Rigid origami is a branch of origami which is concerned with folding structures using flat rigid sheets joined by hinges. That is, unlike with paper origami, the sheets cannot bend during the folding process; they must remain flat at all times. However, there is no requirement that the structure start as a single flat sheet — for instance shopping bags with flat bottoms are studied as part of rigid origami.
The number of standard origami bases that can be folded using rigid origami is restricted by its rules. Rigid origami does not have to follow the Huzita–Hatori axioms, the fold lines can be calculated rather than having to be constructed from existing lines and points. When folding rigid origami flat, Kawasaki's theorem and Maekawa's theorem restrict the folding patterns that are possible, just as they do in conventional origami, but they no longer form an exact characterization: some patterns that can be folded flat in conventional origami cannot be folded flat rigidly.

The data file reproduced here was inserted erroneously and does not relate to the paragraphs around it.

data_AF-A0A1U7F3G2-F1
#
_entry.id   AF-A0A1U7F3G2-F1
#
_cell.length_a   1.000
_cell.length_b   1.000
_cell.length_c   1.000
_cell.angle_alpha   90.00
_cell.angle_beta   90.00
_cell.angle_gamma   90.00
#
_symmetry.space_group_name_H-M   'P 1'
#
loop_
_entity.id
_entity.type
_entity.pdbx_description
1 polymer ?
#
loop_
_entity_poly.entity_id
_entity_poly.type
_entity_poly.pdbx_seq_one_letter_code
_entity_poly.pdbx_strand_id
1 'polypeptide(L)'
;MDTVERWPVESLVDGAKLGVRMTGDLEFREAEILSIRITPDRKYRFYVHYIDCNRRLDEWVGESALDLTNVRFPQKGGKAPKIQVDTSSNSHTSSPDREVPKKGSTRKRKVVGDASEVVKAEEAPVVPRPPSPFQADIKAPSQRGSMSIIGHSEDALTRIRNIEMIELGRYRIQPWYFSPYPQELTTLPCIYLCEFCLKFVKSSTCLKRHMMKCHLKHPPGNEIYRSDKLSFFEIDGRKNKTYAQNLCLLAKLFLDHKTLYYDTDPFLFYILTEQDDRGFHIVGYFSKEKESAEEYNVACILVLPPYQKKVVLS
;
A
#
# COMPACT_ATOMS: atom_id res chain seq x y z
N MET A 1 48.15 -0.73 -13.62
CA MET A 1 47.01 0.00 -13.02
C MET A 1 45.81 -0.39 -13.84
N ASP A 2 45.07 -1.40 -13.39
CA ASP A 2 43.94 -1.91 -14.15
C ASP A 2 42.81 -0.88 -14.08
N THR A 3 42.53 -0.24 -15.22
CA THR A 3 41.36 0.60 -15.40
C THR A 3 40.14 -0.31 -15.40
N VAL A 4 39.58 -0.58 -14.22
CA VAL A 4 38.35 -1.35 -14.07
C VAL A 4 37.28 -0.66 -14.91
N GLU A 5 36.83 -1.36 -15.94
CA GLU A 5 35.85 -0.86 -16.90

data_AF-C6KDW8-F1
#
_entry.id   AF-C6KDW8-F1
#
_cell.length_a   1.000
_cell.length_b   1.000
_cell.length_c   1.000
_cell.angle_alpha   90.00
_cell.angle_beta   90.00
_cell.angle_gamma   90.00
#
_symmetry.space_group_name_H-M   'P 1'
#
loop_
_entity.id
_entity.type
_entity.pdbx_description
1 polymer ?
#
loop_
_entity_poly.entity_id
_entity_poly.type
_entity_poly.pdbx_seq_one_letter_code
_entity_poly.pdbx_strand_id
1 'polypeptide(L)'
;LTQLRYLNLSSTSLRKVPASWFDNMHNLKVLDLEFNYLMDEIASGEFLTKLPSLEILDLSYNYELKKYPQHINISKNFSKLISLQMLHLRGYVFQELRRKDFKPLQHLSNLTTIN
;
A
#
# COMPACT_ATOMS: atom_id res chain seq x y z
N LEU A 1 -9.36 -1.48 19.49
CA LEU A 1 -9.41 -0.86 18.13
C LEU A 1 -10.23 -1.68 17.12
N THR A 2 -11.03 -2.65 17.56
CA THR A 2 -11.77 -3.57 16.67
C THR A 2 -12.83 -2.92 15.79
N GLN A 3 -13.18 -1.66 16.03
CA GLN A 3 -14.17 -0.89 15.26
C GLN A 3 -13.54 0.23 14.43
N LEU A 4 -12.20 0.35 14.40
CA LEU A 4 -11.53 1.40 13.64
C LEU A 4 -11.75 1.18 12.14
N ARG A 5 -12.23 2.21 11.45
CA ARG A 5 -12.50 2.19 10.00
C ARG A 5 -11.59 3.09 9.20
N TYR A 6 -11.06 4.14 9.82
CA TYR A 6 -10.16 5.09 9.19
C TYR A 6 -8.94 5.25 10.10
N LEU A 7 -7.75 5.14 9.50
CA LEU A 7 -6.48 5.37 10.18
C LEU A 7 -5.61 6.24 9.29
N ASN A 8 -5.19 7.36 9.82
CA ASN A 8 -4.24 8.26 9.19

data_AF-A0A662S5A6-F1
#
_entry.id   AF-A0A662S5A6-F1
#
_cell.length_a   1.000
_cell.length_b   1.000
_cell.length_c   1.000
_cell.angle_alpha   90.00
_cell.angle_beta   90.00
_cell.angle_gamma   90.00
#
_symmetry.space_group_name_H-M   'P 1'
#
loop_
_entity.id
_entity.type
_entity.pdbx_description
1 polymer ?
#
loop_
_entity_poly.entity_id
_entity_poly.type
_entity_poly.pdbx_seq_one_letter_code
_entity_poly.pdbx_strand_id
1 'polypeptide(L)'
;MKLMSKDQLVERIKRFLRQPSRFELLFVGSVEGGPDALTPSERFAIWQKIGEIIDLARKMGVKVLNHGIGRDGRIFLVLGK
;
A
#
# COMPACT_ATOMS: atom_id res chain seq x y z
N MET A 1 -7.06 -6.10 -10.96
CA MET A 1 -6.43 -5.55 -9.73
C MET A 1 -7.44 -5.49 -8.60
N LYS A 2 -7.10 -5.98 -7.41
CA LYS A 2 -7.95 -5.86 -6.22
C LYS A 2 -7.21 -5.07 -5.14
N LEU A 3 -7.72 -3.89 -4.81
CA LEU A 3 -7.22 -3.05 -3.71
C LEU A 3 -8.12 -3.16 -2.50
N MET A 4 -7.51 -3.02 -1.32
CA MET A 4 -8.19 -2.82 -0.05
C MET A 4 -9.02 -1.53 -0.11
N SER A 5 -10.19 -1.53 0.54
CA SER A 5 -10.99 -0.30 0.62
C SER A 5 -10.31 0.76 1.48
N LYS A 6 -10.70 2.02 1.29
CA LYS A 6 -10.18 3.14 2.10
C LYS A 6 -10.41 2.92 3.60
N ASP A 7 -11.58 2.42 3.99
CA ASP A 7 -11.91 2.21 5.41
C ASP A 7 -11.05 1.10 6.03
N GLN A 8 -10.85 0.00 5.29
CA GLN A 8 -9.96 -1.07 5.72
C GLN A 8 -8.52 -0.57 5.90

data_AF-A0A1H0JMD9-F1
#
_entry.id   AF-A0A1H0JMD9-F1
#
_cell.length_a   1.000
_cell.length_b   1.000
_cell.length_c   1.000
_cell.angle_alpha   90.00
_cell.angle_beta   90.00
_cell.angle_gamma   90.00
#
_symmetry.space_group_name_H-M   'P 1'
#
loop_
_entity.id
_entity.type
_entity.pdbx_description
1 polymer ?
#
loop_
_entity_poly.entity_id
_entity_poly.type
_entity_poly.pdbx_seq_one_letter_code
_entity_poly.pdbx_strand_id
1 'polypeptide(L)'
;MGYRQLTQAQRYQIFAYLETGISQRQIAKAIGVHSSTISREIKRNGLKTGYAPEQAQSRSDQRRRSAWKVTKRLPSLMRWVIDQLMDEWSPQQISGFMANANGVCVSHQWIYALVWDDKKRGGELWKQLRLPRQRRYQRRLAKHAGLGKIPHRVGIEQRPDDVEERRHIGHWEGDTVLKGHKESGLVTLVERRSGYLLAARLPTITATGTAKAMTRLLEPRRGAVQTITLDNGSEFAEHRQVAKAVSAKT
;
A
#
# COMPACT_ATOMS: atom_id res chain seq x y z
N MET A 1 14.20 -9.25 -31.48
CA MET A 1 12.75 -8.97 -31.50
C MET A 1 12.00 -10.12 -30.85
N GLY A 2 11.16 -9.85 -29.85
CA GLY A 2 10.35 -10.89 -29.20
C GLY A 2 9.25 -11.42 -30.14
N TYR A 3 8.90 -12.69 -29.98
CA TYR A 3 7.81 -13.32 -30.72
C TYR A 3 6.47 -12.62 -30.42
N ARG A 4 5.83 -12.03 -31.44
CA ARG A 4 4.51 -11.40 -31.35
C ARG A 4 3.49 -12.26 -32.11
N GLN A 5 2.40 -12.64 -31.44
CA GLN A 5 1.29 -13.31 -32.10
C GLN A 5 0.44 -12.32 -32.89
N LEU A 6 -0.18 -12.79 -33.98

The napkin folding problem asks whether it is possible to fold a square so the perimeter of the resulting flat figure is increased. That this can be solved within rigid origami was proved by A.S. Tarasov in 2004.
Kaleidocycles are toys, usually made of paper, which give an effect similar to a kaleidoscope when convoluted.
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